Childcare crisis: St. Louis-area parents face increasing costs and decreasing options
ST. LOUIS, Mo. (KMOV) - It’s being called a childcare crisis. Local parents say quality childcare is almost impossible to find and frightening to have to afford. It’s a pre-pandemic problem that experts say is much worse now.
In fact, Kelly Remick says stress is overshadowing the joy of being a new mom.
“It’s been really tough,” says Kelly.
The University City mom has struggled to find childcare she can afford when she goes back to work.
“It shouldn’t be this complicated,” she says.
Kelly got on several daycare waitlists when she was just six weeks pregnant. Months after her child Logan was born, she still didn’t have a spot.
“If I can find someone who can keep my child alive, I will pay that person to do it,” Kelly says, as she fights back the tears. “You shouldn’t have to struggle to raise a kid, if that’s what you want to do.”
Kelly is far from alone. Ask any parent of young kids and it’s all they want to talk about. Experts say because of the pandemic, the childcare crisis around the country is getting worse, with demand far outweighing supply.
In fact, Missouri officials say compared to pre-pandemic data, there has been a 30% reduction in childcare facilities, with experts adding that both centers and in-home providers have been shutting their doors.
It’s so bad that more than half of Missourians live in what’s known as a childcare desert. 64% of Missouri’s counties either have no childcare providers at all or three times as many kids needing care as there are spots available. Black, brown and rural communities, experts say, are often disproportionately impacted by the lack of care.
“The cost of childcare has been increasing rapidly over the past several decades,” says Zane Mokhiber of the Economic Policy Institute. The bottom line, experts say, is also a big part of the problem.
The non-profit Economic Policy Institute put together an interactive site, showing the average annual cost of infant care in Missouri is now more than $10,000. That’s 4% more than the average cost of housing and nearly 20% more than in-state tuition for a four-year college.
In Illinois, it’s even more expensive. The average annual cost of infant care in the Land of Lincoln is almost $13,800, which is15% more than the average cost of housing and about the same as college tuition.
“Childcare costs are a significant portion of most families’ budgets,” Mokhiber adds. But despite high costs for parents, providers say they are far from flush with cash.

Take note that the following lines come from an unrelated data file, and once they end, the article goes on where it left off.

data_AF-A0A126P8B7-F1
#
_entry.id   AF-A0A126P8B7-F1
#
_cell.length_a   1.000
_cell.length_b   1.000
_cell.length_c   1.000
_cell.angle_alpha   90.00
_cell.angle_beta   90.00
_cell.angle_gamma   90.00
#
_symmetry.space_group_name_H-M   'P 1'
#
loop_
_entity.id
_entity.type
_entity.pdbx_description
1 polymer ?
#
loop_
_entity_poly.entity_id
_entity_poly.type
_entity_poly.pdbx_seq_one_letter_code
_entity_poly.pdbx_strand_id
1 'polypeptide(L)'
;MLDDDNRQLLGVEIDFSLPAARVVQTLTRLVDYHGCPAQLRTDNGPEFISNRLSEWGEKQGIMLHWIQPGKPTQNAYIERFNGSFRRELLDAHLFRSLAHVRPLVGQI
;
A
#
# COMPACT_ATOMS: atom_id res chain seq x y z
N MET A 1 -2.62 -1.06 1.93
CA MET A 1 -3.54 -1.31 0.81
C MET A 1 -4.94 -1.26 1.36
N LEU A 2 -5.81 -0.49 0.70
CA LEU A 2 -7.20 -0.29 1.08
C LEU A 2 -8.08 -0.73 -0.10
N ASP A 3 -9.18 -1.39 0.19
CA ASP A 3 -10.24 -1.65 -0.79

“Our supplies have gone up. Our food has gone up incredibly. It’s very expensive,” says Maggie Gray. She runs Brainy Tots Bilingual Preschool out of her home in Florissant.
Licensed and accredited, the kids get an education and quality care in a small setting and at a much lower cost than a larger, traditional childcare center.
“We are always a lower-cost option because we would put ourselves out of the equation if we charged higher fees,” she says. But like all providers, Maggie struggles to retain staff—and make ends meet.
“The moment we lose a child, things get tighter, because we don’t have a lot of wiggle room.
Still, while other centers are backed up, she has open spots.
“The view of the home care provider is someone not well prepared, or well-educated,” Maggie says.
A stigma she battles by focusing on the whole child.
“That little guy still needs to learn to put on socks and shoes,” says Maggie.
Some parents choose even cheaper options, although that, she says, makes her worry.
“The first three years are so essential, she says. “But if we spend them watching TV, that’s just not good enough.”
The cost and availability of childcare, experts say, are causing many parents, particularly women, to simply stay home.
One recent study, published by the Missouri Chamber of Commerce, finds Missouri’s economy is missing out on $1.35 billion due to childcare issues, with 28% of people reporting they, or someone in their household, has left a job, not taken a job or changed jobs because of childcare problems in the last 12 months.
But there are solutions, experts say, to the complicated childcare equation. Increasing public funding for early childhood development, for one. Plus, workplaces that offer flexible hours, pre-tax benefits for dependent care and even on-site childcare.
“To have an on-site daycare right across the street from where you work, it’s just a nice peace of mind,” says Angela Schneider.
Angela works for Purina in downtown St. Louis, which has offered on-site daycare for 30 years.
“It’s convenience, the education these kids are getting, the safety while they are here. Also, it is the community we have within the employee base,” Angela says.
There are no waitlists there, just quality care. It’s a welcome relief for working parents trying to balance it all.
Back in University City, Kelly finally got word that Logan will have a daycare spot in June.
“I know we are in a lucky position but not all families are like this,” says Kelly.
The childcare equation gets even more difficult for families with multiple kids, and experts say, it’s often hardest in communities of color and for single moms. Many people have to rely on a combination of care, including grandparents or other caregivers, just to get by.
Parents can find a lot more resources from Child Care Aware of Missouri.
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